It turns out my children expected me to do actual stuff for them. You know, cook, make sure they had clean clothes, get them to school on time, those inconvenient old chestnuts. I found that whenever I sat down to write a blog post or do anything at all on my iPad, the kids would just freak out. If I was standing up and being productive in a way that benefitted them, then they’d play beautifully and crack on with stuff. So, I decided to stop writing for a while and start actually responding to and interacting with my children. Weird huh? I’m very jealous of bloggers who manage to do it all, but in the end I’m not one of them, so there’s no point in sweating it.

So why are you blogging now? I hear you cry in outrage? Well, after 8 years of breeding and having at least one little person at home, Izzy, my smallest and noisiest child, has started nursery! I have real, spare time to do my own thing. Imagine that! So, the other day, I dusted off my laptop and started writing again, I found some old kids poems I wrote ages ago and am thinking of sending them off to some agents. (Please note that I am still only “thinking” about doing this, any actual doing is still a long way off…)

The good thing about my little blogging break was that I had a chance to think about what I want to write and learned some good lessons along the way. I’ve decided not to do product reviews unless I already use and love the product, (N.B. I will of course happily review diamonds, the new Volvo XC90 or any designer handbags) and to stop The Many Faces Of Maisie Moo. It turns out that Maisie became really paranoid about her smile and didn’t want to be in pictures anymore, (Nice, well done me.)

I’ve also had a chance to learn some decent mothering lessons. Here they are in all their glory.
1. Get up earlier. Turns out, it gives you more time in the morning, who knew?
2. Don’t ever sit down or relax when the kids are awake, it unsettles them and makes them wild.
3. Let the children play with play dough whenever they want. It keeps them happy for ages. I know it’s messy, but since I’ve learned how to sweep, mess is not horror it once was.
4. Let them ruin the play dough by mixing it up. (That one still makes me sweat but deep breathing and simply not looking helps enormously.)
5. Shouting doesn’t work. (I still do it, but whilst I’m doing it I’m thinking, “This isn’t working.”) Babysteps.
6. Wine doesn’t help. (Controversial I know, please don’t hit me.)
7. Don’t even try talking to another adult when there are children in the room. You can’t hear what you’re saying and neither can the adult your trying to talk to. I’ve discovered after eight years of tireless research that all children react very badly when they think you’re about to finish a sentence. That’s science.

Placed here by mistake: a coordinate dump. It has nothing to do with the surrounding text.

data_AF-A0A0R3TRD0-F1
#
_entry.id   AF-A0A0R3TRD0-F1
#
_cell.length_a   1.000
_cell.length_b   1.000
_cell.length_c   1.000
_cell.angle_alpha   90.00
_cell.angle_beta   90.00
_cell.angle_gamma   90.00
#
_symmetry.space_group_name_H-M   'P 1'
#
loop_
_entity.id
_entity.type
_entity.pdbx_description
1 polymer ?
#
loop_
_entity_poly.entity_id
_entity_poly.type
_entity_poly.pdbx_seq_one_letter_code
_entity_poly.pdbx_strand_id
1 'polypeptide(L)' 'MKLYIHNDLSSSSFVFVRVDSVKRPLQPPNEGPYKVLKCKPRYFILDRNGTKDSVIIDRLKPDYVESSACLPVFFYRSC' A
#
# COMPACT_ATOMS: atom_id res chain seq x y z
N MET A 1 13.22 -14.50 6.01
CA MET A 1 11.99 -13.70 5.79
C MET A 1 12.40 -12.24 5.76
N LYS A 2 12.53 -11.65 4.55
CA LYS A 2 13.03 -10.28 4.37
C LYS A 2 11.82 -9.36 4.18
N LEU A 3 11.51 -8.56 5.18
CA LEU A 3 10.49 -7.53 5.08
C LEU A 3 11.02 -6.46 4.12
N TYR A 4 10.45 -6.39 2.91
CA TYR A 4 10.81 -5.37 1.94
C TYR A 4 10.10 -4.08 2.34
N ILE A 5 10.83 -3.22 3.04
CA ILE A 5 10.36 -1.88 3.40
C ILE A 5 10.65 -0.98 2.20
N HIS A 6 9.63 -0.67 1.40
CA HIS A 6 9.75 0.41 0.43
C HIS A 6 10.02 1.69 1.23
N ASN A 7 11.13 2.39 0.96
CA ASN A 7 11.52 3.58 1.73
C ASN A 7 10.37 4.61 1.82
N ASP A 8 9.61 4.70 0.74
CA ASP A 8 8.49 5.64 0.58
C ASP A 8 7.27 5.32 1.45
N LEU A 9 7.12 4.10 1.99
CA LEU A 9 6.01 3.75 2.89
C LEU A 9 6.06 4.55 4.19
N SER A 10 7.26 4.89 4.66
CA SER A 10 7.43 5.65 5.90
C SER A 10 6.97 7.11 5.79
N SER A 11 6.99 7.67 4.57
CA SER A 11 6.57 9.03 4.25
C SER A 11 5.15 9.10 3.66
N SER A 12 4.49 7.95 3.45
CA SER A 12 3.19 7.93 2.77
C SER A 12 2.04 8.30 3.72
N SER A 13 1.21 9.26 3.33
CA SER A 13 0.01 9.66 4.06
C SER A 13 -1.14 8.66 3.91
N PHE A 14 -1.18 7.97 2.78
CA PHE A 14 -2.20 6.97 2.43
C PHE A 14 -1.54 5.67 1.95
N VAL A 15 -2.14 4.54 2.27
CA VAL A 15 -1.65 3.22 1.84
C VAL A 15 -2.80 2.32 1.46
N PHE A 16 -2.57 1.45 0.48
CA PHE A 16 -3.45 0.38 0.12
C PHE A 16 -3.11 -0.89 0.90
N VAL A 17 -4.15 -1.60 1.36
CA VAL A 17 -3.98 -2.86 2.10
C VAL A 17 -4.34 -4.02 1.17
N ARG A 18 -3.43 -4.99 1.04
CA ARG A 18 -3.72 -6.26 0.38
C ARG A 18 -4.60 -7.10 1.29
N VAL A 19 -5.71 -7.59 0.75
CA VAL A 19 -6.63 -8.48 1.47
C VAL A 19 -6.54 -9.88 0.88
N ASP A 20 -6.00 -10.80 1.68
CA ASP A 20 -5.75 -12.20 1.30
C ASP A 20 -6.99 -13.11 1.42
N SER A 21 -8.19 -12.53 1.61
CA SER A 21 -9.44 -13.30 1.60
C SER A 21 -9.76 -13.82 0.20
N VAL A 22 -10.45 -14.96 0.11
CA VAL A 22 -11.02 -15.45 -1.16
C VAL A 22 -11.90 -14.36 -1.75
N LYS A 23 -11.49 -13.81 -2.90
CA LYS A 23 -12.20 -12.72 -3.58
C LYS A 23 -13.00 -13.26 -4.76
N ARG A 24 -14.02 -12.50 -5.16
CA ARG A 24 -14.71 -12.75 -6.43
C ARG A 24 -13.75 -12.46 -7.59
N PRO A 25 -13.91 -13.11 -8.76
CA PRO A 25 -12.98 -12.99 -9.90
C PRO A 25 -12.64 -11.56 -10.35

8. If one of the children hates doing a club you’ve forced them to do then just let them stop doing it. Life’s too short. Having said that I’m sticking with Izzy’s ballet class for a little bit longer, as I’m sure she’s growing to love it.

The long and short of it is, life had been much less stressful and much more streamlined for the past few months. Let’s just hope that now I’ve started blogging again that I can resist the temptation to hide from the children whilst writing about what fun we’re having…

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Review of “Where’s The Scone?” By Beth Dexter-Smith. Illustrated by Calvin Innes

I was recently sent some books to review from the guys at My Little Big Town. One of them was, “Where’s the Scone?” This is a fun little rhyming book, probably best suited to the 18 months to 3yr old age bracket. My Little Big Town specialise in making slightly wacky or gross books that seem to be very appealing (well certainly to my unsophisticated bunch.) to kids. This particular book is a counting book, but the reason it’s rather interesting is that the creatures it uses are not the normal, “cow”, “chicken”, “dog” that you tend to find in most other basic counting books. Instead they use, “Gnu”, “Yeti” and “Llamas” as cheeky alternatives! As far as I’m concerned, any book that uses out of the ordinary language is good. Also the fact that some of the animals eat strange or unexpected meals makes my toddler giggle and ask what the foods were like, again a good thing.

At the back of the book there are some items to search for in the pages of the story. This in itself is fun as it draws the story out (small children books are over so quickly!) without turning it into something that your child will lose interest in.

The illustrations are bright and engaging and really suit the jolly tone of the book. At the end of the day though, the only thing that really matters is that my 2 year old loves it. This was a lovely book to receive and I thoroughly recommend it!